Huarte becomes the ninth Notre Dame quarterback selected to the Hall of Fame, joining Frank Carideo in 1954, Harry Stuhldreher in 1958, John Lujack in 1960, Angelo Bertelli in 1972, Paul Hornung in 1985, Bob Williams in 1988, Ralph Guglielmi in 2001 and Theismann in 2003.

Huarte on his inclusion among the greats at the College Football Hall of Fame…

“The main thing is when you run your eyes over the list of all the great players over the years who have gotten in, to be part of that company, is really special. My name is associated with the history of the game and all the great players.”

Huarte on going from backup to Heisman Trophy winner in one season…

“It was a gritty experience to not play and then going in as a starter my last year. I had done a lot of scrimmaging on Tuesdays and Wednesdays, but to not have that opportunity my first few years and then the last, to set a lot of new records, it changed my life.”


Presented on special occasions when a truly deserving individual emerges, the award honors someone who has applied the character building attributes learned from amateur sport in their business and personal life, exhibiting superior leadership qualities in education, amateur athletics, business and in the community.

Alan Page
2005 Recipient

A Hall of Fame player both in college and the NFL, Alan Page’s greatest contributions have come as a Minnesota Supreme Court Justice and founder of the Page Education Foundation, which encourages Minnesota’s youth of color to continue their education.

Page graduated from Central Catholic High School in Canton, Ohio, and from the University of Notre Dame, where he earned a B.A. in Political Science in 1967. At Notre Dame, he led the football team to a national championship in 1966 and a 25-3-2 mark from 1964 to 1966. A first-round draft pick and 15th overall, he went on to collect 164 career sacks, block 28 punts or placekicks, recover 24 fumbles and appear in eight Pro Bowls in a professional football career that spanned 15 seasons, including 10 as a member of the Vikings and five with the Chicago Bears.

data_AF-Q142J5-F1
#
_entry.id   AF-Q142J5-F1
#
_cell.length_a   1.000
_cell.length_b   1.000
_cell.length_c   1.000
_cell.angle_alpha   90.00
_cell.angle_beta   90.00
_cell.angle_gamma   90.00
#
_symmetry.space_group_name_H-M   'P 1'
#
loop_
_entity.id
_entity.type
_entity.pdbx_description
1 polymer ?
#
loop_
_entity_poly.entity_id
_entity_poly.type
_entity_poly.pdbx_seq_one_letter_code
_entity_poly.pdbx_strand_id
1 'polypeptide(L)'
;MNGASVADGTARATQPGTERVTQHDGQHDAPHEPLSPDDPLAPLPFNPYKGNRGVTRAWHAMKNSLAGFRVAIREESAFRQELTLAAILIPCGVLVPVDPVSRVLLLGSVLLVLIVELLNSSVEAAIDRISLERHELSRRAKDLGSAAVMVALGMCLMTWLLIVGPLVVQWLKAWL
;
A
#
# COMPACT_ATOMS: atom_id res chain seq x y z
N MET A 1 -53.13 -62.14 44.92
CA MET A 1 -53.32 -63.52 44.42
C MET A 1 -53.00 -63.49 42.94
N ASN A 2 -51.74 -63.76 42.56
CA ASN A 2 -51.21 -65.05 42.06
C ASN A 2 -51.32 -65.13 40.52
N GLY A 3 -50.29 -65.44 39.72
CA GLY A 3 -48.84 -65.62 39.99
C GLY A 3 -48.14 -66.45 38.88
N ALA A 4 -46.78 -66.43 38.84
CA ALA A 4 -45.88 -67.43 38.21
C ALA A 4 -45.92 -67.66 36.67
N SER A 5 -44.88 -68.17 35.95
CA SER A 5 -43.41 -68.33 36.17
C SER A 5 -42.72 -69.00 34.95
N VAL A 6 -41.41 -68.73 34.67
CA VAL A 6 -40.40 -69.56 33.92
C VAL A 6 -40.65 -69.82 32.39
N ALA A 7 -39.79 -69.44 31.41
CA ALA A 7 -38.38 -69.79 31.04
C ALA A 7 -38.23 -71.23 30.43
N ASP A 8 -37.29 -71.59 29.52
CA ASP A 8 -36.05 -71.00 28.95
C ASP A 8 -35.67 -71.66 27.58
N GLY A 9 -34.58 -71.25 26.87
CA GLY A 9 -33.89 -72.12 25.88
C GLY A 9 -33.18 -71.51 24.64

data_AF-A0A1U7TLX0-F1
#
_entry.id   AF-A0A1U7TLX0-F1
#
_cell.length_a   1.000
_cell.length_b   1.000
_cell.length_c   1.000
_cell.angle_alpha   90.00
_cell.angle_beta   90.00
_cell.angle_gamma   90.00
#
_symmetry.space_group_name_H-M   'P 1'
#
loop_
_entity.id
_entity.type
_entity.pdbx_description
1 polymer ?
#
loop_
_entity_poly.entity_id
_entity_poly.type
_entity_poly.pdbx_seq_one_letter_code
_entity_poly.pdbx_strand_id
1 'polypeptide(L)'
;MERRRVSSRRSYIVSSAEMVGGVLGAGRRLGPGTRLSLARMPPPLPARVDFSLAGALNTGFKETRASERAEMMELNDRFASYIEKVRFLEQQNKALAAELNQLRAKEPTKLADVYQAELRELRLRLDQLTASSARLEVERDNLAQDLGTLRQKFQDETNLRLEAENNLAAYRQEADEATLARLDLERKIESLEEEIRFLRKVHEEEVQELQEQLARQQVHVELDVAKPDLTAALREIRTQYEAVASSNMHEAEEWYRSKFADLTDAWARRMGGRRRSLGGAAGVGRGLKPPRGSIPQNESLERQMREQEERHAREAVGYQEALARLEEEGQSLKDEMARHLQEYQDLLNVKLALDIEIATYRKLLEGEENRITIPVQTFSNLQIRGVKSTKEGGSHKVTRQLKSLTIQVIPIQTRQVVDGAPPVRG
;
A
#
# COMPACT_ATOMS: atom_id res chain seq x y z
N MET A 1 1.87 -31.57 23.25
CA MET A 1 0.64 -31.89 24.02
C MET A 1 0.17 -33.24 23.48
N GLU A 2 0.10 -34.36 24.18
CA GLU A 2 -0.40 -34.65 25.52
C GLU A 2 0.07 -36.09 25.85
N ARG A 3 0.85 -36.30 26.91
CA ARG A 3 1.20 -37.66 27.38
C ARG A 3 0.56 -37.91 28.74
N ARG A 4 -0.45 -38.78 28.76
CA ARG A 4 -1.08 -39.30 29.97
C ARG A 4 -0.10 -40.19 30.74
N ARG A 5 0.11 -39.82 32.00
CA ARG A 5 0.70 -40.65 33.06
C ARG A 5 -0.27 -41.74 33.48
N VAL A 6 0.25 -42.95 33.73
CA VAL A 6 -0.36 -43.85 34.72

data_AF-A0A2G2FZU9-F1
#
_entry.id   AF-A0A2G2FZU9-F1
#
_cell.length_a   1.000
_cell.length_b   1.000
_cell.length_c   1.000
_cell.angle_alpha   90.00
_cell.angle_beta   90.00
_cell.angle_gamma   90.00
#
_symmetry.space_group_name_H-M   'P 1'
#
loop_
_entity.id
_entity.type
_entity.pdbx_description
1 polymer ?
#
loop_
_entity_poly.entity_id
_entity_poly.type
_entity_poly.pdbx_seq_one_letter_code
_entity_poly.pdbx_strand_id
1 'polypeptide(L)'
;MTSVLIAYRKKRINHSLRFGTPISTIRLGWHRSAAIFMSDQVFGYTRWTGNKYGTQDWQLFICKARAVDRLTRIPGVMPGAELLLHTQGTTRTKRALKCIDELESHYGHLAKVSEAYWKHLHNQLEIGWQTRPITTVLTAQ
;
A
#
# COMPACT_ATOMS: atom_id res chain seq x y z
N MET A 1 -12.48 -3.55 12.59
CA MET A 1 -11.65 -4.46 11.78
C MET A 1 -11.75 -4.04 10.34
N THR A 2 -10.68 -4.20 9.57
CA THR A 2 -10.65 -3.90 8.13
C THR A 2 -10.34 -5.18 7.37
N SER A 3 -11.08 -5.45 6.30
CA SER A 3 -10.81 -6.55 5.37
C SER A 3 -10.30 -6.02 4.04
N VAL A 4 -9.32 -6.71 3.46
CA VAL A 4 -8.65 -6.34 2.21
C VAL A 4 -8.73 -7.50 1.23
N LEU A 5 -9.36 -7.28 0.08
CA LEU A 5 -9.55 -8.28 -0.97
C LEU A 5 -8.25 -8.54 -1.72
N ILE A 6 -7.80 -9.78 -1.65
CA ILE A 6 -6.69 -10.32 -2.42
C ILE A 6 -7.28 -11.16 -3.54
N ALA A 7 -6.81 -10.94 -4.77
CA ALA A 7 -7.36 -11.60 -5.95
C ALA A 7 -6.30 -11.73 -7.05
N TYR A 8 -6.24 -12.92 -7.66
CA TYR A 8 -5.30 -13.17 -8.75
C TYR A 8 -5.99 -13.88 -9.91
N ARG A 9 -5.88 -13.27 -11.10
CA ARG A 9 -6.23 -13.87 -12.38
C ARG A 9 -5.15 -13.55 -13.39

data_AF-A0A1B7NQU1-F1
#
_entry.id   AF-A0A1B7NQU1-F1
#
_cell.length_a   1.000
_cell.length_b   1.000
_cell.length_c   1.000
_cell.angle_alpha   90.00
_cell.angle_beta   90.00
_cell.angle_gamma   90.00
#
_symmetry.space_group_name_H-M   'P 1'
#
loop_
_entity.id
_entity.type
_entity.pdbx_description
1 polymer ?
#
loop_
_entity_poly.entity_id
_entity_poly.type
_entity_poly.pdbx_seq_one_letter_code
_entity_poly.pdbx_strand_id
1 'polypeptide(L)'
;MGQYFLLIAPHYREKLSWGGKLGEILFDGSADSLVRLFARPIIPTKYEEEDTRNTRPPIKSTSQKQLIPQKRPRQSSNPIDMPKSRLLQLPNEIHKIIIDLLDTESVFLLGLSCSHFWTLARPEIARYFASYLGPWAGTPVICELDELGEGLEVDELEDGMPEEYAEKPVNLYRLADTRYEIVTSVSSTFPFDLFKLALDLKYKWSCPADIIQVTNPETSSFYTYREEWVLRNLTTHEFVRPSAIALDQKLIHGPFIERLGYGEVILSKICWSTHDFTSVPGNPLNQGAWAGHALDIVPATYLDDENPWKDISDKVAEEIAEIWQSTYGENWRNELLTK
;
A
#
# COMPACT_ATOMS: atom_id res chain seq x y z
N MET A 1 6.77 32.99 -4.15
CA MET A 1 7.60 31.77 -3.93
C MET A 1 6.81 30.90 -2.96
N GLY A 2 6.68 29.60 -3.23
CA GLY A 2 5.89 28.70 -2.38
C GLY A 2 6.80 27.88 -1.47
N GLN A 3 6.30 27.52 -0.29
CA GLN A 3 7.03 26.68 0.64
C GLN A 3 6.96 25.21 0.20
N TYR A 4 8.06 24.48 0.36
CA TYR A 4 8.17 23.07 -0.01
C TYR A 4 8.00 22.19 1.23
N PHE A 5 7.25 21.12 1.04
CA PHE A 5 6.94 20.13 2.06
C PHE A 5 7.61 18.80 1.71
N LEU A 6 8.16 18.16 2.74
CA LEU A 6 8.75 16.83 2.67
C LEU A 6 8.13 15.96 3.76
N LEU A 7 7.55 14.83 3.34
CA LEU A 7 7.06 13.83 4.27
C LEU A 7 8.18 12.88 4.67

In 1971, the four-time NFC defensive player of the year became the first defensive player in NFL history to earn the league’s most valuable player award. Page was selected to the NFL Pro Football Hall of Fame in 1988 and was inducted into the College Football Hall of Fame in 1993.

While playing professional football, Page attended law school full time, earning a Juris Doctor in 1978 from the University of Minnesota. In 1979, he began practicing law with a Minnesota firm. He later became an assistant attorney general, and in 1993 he was sworn in as an associate justice of the Minnesota Supreme Court.